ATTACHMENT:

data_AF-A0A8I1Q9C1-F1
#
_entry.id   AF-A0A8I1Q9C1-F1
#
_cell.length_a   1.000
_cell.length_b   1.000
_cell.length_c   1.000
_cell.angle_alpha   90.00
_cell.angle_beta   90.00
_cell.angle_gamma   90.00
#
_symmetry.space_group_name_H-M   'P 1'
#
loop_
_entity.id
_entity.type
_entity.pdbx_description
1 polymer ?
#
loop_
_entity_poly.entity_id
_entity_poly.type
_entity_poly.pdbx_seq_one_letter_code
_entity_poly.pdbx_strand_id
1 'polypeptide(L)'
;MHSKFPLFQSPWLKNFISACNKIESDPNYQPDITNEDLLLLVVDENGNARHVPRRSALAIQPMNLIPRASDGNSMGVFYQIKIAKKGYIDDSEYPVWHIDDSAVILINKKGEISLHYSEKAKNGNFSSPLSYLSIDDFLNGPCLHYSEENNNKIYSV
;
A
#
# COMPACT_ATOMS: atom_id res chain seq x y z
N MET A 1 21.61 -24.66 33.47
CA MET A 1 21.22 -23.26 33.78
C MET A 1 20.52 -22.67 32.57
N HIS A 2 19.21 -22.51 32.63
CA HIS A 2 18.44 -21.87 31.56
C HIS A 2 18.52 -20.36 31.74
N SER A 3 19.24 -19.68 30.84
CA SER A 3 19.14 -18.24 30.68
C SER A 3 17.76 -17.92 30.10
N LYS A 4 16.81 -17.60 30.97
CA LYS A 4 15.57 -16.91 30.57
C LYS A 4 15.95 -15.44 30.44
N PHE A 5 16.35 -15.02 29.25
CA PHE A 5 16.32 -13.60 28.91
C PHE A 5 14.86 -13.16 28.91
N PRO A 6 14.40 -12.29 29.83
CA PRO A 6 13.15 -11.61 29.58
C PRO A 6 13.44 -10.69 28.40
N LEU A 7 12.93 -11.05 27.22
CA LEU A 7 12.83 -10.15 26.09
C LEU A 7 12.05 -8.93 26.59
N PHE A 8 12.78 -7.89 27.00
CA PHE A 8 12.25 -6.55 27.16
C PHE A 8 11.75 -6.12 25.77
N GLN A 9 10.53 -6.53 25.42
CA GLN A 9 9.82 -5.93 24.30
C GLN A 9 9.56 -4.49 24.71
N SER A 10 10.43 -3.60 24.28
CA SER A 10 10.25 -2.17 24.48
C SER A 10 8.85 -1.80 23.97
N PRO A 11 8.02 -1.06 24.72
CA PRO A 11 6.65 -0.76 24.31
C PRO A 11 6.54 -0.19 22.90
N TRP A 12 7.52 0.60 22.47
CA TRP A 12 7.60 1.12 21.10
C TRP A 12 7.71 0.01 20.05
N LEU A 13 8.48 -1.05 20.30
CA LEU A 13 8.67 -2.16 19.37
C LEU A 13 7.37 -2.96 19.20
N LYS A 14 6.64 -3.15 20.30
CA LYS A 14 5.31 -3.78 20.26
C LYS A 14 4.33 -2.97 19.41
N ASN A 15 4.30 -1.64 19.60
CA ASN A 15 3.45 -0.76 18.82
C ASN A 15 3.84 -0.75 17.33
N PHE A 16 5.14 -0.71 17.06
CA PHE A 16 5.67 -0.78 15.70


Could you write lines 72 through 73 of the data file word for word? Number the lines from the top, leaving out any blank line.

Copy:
C LYS A 14 4.33 -2.97 19.41
N ASN A 15 4.30 -1.64 19.60